The Third Commandment
The Third Commandment
After the American Civil War the managers of the infamous Louisiana Lottery approached Robert E. Lee and asked if he’d let them use his name in their scheme. They promised that if he did he would become rich.
Astounded, Lee straightened up, buttoned his gray coat, and shouted, “Gentlemen, I lost my home in the war. I lost my fortune in the war. I lost everything except my name. My name is not for sale, and if you fellows don’t get out of here, I’ll break this crutch over your heads!”
• Your name is a pretty important thing.
• It is not much fun running around in life with everyone calling out ‘hey you’
• As parents we tried to pick the names of our children fairly carefully.
• We wanted names that meant something, were unique and went with their last name.
• We even considered whether their name would rhyme with other words.
• I grew up being called a host of names because my name conveniently rhymed.
• In a culture where there are sometimes multiple people with the same first and last name it is not fun when your name gets disparaged because the other person with that name has acted badly.
• I have seen this happen and maybe you have as well.
• Our name is attached to a reputation and we all hope that it is a good one.
• This is somewhat the reasoning behind the third commandment.
• God has a name and he has made his name known to those he wishes to be in covenant with.
• They are to uphold and honor his name by keeping the covenant.
• There is power in God’s name and not necessarily how some have perceived.
• It is not in giving us whatever we want but in how his honor and reputation are upheld in this world.
The Command (Exodus 20:7)
20:7 “You shall not take the name of the Lord your God in vain, for the Lord will not hold guiltless anyone who takes his name in vain.
1. The Significance of God’s Name
• When God first introduces himself to Moses at the burning bush he does so a Yahweh ____________
• This name also refered to in Scholarly circles as the tetragrammaton consists of four Hebrew consonants that we translate as y, h, w and h.
• To this day we are not sure how to pronounce the tetragrammaton because it was not until the sixth century AD that vowels were added to the text.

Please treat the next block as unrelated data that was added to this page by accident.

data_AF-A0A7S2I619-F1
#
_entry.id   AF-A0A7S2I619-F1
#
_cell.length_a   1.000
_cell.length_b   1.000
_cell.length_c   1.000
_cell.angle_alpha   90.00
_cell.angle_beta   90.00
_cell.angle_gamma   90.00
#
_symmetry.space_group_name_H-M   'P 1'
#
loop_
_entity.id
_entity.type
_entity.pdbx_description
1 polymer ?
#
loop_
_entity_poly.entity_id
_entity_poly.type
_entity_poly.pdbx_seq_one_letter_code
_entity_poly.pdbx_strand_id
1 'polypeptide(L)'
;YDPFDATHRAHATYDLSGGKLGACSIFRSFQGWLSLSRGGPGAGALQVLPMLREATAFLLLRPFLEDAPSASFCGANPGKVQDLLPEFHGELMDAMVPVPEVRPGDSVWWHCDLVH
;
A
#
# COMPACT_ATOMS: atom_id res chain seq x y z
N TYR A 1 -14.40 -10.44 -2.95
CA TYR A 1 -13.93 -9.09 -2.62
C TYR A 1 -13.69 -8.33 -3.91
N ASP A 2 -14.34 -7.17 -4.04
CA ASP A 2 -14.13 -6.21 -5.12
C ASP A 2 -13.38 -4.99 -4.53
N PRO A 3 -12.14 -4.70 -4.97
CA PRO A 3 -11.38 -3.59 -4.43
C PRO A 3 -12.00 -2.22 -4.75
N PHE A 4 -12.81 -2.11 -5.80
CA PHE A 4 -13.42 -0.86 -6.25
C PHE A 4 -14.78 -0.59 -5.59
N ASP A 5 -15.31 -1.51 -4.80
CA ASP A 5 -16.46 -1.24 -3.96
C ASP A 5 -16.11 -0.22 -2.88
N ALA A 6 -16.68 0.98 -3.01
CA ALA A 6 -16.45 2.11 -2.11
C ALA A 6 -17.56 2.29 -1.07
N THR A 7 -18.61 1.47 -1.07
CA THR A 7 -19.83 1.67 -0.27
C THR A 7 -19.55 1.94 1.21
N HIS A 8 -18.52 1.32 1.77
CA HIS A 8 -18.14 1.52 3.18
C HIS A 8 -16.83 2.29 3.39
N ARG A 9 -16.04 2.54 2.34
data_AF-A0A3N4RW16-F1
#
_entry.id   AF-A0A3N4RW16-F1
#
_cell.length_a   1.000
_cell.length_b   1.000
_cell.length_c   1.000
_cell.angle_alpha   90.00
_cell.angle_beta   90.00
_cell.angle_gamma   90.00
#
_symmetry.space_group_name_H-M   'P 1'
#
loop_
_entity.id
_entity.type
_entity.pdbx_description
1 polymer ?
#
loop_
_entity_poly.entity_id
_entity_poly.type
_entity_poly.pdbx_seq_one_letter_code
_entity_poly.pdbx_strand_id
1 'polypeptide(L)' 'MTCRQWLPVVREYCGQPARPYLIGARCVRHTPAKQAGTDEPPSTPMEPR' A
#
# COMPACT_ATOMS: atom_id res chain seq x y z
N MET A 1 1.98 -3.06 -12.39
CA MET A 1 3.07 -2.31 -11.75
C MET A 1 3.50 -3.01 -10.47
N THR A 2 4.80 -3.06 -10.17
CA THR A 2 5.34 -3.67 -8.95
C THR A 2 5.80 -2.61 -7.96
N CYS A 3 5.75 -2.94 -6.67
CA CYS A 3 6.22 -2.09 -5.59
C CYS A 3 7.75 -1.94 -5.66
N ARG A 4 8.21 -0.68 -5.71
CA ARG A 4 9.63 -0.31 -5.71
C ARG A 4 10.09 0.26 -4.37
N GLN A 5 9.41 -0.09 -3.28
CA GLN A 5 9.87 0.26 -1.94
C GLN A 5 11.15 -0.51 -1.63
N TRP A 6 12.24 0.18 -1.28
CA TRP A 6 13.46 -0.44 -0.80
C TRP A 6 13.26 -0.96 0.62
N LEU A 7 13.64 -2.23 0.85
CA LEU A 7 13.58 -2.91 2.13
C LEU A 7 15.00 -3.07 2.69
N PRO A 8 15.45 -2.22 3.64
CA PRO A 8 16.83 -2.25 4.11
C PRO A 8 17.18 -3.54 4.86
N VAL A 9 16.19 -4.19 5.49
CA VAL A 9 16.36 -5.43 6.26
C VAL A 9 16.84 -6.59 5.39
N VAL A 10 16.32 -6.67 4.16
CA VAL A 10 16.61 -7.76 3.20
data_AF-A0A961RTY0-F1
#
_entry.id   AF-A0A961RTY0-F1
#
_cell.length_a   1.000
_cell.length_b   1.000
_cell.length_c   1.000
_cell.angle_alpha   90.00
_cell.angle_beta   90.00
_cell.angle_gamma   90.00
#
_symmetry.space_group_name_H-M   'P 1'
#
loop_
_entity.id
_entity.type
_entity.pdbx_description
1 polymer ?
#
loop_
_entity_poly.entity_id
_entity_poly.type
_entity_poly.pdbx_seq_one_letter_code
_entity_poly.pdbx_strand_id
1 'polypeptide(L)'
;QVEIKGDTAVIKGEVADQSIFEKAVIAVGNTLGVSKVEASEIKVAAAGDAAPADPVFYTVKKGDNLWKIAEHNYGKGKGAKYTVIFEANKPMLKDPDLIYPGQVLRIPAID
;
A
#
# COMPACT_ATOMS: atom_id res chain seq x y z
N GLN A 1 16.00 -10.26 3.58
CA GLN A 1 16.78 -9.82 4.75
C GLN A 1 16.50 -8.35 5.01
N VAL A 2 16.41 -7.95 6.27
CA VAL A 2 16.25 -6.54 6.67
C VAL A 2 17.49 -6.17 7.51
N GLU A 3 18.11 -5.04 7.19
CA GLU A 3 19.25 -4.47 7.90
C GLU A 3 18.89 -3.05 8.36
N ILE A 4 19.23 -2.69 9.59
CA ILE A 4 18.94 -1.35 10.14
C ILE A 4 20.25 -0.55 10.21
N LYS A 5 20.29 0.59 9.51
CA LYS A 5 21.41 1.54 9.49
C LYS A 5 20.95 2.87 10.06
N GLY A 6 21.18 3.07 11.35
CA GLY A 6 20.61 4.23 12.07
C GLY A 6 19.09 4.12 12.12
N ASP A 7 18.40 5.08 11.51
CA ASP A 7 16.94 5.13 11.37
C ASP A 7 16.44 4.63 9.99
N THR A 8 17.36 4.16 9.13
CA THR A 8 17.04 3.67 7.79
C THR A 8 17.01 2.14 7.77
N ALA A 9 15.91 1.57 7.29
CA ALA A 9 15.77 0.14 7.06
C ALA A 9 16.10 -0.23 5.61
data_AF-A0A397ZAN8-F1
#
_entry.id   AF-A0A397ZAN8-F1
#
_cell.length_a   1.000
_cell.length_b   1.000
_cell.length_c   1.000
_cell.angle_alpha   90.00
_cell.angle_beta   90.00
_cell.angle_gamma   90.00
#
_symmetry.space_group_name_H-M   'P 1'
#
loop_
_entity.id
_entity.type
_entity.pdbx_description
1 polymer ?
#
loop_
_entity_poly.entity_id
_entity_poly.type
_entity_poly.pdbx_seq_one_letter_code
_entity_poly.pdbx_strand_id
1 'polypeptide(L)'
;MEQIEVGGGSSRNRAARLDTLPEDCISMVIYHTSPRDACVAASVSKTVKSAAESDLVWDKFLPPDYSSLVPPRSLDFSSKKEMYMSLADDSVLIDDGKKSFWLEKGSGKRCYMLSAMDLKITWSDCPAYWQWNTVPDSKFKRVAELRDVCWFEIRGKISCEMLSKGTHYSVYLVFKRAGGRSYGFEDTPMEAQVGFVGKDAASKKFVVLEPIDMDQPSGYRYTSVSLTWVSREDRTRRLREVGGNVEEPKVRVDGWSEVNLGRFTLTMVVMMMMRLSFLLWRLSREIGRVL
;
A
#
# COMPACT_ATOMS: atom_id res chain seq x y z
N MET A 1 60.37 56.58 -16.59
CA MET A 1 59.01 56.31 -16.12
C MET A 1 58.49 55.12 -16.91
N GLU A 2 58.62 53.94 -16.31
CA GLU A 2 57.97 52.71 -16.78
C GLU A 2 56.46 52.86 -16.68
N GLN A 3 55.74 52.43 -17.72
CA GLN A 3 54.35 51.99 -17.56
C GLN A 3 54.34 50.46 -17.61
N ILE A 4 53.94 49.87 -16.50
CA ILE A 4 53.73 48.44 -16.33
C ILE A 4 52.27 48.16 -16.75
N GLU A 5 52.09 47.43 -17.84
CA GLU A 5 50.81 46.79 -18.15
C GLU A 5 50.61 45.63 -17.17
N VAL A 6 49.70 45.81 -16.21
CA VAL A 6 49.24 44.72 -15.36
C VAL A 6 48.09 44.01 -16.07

• Before this only those trained in the Hebrew text could read the words with the proper insertion of vowels.
• After the exile the reverence for God was high-so high that they did not even want to pronounce God’s name so they were substitute Adonai in its place.
• This tradition continued through the time of adding vowels so that the vowels of Adonai were placed under the tetragrammaton to indicate that Adonai and not Yahweh was to be uttered.
• This practice has continued to this day among Jews faithful to God.
• To say the name Yahweh in their company is a great offence.
• It was in about ad 1520 that Petrus Galatinus combined the vowels of Adonai with the tetragrammaton and transliterated it into latin form to create the name Jehovah.
• The name Jehovah is not widely accepted as legitimate in this day although the KJV and the RSV still contain it.
• It is not for certain what Yahweh means but the closest that we can come is “to be” or the fuller version “I am what I am.”
• It speaks to God’s solidaridy, uniqueness, power and sovereignty.
• It is a statement about the fact that he is uncreated, the creator of all things and in control of all things.
• It indicates that he does not share power with any other deity and that no other gods even exist.
• God has revealed himself in a very specific way
• That means that when people try to bring unity to the religions of the world it is impossible to reconcile the different beliefs.